NEB ambition

The ultimate ambition of the New European Bauhaus is to achieve transformation. To do this, the NEB Compass has identified specific levels of ambition that outline the desired outcomes for each of the NEB values.

Action areas

These areas refer to the five key domains of intervention that CrAFt's New European Bauhaus Impact Model considers essential for guiding and evaluating complex urban initiatives.

Participation level

The participation level refers to the degree or extent to which individuals or groups are actively involved or engaged in a particular activity, project, or process. It assesses the depth of their involvement, contributions, and commitment, ranging from minimal or passive participation to active and dedicated participation.

NEB values

The New European Bauhaus (NEB) aims to promote the values of sustainability, aesthetics, and inclusion in the design and transformation of urban spaces. It emphasises the integration of environmental, social, and economic considerations to create harmonious and innovative living environments.

Implementation Stage

According to the Smart City Guidance Package, there are seven stages to plan and implement smart city projects. These stages propose a logical and coherent roadmap for city initiatives involving many stakeholders.

The Planning Bus: Bridging academic learning and real-world application

Started in 2021, the Planning Bus is a unique educational initiative revived by Markus Schwai and Erik Frydenlund Hofsbro to blend real-world urban planning challenges with student learning and community engagement in Norway.


  • Holistic approach to education and planning: Markus and Erik advocate for a holistic approach to architecture and planning, viewing cities as dynamic human spaces. They seek to integrate real-world experiences into education, bridging the gap between academic learning and practical application.
  • Collaboration and community engagement: The Planning Bus emphasises collaboration between students, municipalities, and local communities. By engaging directly with residents, students gain a deeper understanding of local contexts and planning challenges, while municipalities benefit from fresh perspectives and practical solutions.

It all started with a journey…

Born in Austria, Markus Schwai grew up and studied there before embarking on a series of relocations that would profoundly impact his personal and professional life. His international journey began when he fell in love with an Italian woman—now his wife—and both moved to Rome. After Rome, he worked for an NGO and later for UNESCO in Nepal. Amid relocating to Norway, he frequently travelled back and forth to Nepal. Eventually, he settled into a position at an architectural office in Norway, the country he now considers his home.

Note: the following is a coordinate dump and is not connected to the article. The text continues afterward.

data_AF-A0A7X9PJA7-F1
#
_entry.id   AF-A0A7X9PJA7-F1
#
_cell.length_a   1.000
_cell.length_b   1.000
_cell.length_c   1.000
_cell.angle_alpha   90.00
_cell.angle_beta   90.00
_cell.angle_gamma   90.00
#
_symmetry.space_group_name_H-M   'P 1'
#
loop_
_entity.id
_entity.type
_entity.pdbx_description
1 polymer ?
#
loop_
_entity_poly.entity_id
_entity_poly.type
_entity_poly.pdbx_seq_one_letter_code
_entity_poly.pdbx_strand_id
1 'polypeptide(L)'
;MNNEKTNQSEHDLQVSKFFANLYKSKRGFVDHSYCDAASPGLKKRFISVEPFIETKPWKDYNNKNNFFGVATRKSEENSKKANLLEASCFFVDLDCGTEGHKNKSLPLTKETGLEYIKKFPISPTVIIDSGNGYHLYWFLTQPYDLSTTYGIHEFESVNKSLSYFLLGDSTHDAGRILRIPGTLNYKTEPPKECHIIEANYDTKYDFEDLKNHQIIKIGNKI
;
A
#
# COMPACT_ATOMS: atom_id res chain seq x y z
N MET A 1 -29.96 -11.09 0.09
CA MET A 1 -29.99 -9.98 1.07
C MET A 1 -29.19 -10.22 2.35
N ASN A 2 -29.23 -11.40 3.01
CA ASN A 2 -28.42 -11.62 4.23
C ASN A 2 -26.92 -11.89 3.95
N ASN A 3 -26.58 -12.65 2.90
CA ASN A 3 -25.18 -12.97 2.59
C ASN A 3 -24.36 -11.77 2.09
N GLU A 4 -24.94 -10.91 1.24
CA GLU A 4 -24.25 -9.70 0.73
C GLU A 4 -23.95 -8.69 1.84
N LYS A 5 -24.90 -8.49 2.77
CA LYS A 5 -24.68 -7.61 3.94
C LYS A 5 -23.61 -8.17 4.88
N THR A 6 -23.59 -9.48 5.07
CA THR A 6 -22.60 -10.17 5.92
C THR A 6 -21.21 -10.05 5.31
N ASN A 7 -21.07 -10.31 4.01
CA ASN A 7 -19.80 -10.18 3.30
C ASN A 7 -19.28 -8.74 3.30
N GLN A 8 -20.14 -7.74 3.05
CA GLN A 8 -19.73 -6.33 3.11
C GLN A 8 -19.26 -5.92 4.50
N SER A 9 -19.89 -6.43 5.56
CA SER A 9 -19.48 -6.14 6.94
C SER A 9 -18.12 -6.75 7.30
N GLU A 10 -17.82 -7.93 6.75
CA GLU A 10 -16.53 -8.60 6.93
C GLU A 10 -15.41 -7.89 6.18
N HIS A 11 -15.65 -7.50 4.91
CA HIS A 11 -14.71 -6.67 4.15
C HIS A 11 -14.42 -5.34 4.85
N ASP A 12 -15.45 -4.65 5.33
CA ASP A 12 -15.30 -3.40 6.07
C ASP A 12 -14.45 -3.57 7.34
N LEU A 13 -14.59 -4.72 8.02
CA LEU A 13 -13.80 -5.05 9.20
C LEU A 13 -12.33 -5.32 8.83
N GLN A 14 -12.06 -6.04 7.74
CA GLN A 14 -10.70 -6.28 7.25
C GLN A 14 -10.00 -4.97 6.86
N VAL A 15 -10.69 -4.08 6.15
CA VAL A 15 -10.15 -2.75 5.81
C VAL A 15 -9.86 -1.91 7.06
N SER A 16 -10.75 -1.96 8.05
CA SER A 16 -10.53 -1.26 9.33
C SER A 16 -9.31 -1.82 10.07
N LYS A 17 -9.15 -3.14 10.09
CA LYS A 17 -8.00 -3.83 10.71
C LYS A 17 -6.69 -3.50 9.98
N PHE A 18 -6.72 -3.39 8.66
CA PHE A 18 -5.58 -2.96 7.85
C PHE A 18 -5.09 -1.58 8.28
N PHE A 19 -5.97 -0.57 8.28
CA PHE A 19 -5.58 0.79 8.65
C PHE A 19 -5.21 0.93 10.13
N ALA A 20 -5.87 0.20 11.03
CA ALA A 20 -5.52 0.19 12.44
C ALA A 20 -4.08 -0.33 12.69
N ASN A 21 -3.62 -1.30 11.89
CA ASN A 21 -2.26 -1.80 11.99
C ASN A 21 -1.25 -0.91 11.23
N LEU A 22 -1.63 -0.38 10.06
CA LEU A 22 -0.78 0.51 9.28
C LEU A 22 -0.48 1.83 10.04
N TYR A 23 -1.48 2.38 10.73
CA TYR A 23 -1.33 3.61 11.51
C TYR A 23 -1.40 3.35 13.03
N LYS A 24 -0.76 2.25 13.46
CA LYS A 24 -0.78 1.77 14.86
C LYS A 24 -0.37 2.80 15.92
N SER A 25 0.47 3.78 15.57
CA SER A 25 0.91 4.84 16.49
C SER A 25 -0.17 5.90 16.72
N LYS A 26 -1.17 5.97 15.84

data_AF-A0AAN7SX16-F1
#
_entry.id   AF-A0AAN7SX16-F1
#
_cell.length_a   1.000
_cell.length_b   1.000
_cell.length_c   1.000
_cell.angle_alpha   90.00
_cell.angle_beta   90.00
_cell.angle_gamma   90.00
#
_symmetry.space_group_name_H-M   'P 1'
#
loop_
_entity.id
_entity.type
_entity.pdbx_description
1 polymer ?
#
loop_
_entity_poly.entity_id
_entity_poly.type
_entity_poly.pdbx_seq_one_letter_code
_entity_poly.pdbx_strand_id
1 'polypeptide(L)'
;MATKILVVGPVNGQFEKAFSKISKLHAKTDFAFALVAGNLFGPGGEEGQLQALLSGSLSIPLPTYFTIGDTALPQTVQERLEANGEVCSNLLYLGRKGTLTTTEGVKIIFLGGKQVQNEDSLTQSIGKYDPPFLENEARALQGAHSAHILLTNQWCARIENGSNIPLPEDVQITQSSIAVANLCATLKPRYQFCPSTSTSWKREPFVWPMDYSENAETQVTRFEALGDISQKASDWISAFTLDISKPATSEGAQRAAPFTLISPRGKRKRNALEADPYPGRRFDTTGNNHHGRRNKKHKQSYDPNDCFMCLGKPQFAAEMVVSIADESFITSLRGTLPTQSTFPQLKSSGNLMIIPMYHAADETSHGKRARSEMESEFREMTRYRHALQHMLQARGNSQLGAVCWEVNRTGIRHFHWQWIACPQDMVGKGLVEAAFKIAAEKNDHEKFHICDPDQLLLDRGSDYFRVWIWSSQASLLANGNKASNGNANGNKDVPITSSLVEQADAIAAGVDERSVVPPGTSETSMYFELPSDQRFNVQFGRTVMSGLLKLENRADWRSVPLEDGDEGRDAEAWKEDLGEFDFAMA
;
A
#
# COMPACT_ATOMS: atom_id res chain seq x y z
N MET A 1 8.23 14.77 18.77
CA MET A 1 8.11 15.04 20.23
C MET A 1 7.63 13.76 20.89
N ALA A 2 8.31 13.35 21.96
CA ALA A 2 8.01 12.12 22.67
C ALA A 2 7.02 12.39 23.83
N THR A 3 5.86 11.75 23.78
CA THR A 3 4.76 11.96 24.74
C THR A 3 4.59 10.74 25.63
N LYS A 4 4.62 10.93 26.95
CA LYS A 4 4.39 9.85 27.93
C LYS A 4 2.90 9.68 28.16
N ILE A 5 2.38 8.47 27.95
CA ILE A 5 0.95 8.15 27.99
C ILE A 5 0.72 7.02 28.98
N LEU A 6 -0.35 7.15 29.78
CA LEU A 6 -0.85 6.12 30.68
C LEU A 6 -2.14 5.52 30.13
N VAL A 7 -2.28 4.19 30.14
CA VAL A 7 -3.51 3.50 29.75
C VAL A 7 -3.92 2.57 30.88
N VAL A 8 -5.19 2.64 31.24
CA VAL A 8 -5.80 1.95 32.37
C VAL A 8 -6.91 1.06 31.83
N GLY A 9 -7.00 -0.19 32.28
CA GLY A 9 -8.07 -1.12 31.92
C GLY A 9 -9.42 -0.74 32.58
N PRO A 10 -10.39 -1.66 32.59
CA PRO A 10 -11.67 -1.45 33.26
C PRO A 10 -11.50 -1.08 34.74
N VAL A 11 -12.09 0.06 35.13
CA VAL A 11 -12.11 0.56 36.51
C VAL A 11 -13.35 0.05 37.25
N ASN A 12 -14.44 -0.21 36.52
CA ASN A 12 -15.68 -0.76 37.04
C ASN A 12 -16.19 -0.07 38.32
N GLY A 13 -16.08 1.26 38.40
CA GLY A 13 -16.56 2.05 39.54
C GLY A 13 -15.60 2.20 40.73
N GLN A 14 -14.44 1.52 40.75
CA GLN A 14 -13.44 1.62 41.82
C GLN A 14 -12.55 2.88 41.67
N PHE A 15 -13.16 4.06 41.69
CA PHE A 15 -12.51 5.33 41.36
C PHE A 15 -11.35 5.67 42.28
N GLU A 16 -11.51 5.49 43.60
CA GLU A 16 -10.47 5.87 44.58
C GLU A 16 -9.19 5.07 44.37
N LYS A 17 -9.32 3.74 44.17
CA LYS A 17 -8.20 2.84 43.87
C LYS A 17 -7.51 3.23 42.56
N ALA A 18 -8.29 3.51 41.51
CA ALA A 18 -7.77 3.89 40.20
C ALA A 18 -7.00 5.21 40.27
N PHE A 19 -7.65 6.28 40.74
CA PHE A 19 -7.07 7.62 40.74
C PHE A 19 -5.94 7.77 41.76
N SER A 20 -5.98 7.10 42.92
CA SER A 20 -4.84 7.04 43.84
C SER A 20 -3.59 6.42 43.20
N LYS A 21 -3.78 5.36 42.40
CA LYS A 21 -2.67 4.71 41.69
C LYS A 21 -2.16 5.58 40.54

In Norway, Markus found a work opportunity at the university, where he has been teaching urban design and planning for 15 years. His career has been characterised by a multifaceted approach to architecture and urban planning. Unlike many who specialise in a single aspect of these fields, Markus embraces a holistic view. He sees the city as a human playground.

Find inspiration in the past

The Planning Bus initiative began as a revival of an old concept that had faded away in the late 2000s. In 2020, Markus and his colleague Erik Frydenlund Hofsbro, a former student turned assistant and now lecturer and PhD scholar, started discussing ways to make their urban and village planning course more engaging and practical. The idea of resurrecting the Planning Bus emerged.

They recalled the previous Planning Bus, which focused on urban design and made trips to three places, examining them from a very form-driven perspective. This time, they wanted to do more than just analyse forms. They envisioned a more holistic approach that could benefit students, local communities, and municipalities alike.

In 2021, over coffee, the plan began to take shape. Markus and Erik saw an opportunity to blend teaching with real-world impact. They wanted their students to understand urban planning and the nuances of village planning, areas often neglected in typical courses.

Norwegian municipalities, responsible for their own planning, often struggled with resources. Many were too small to hire dedicated planners, relying instead on non-specialists or expensive private consultants. This gap presented the perfect opportunity for the Planning Bus.

The first step was to contact municipalities in central Norway. Markus and Erik sent an open invitation to about 30 municipalities and received an overwhelmingly positive response. Many municipalities were eager for help, and this enthusiasm set the wheels of the Planning Bus in motion.

Understand the local community

The Planning Bus immerses students in the planning process of these small communities. Each year, a maximum of 15 students are selected to participate. They travel to two chosen locations per semester, typically one nearby and one further afield, balancing logistical ease with the need for diverse learning experiences.

During these visits, students spend a week in the community. They meet local residents, conduct on-site analyses, and hold public meetings to present their initial findings and gather feedback. This direct interaction helps them understand the local context and the community’s actual needs.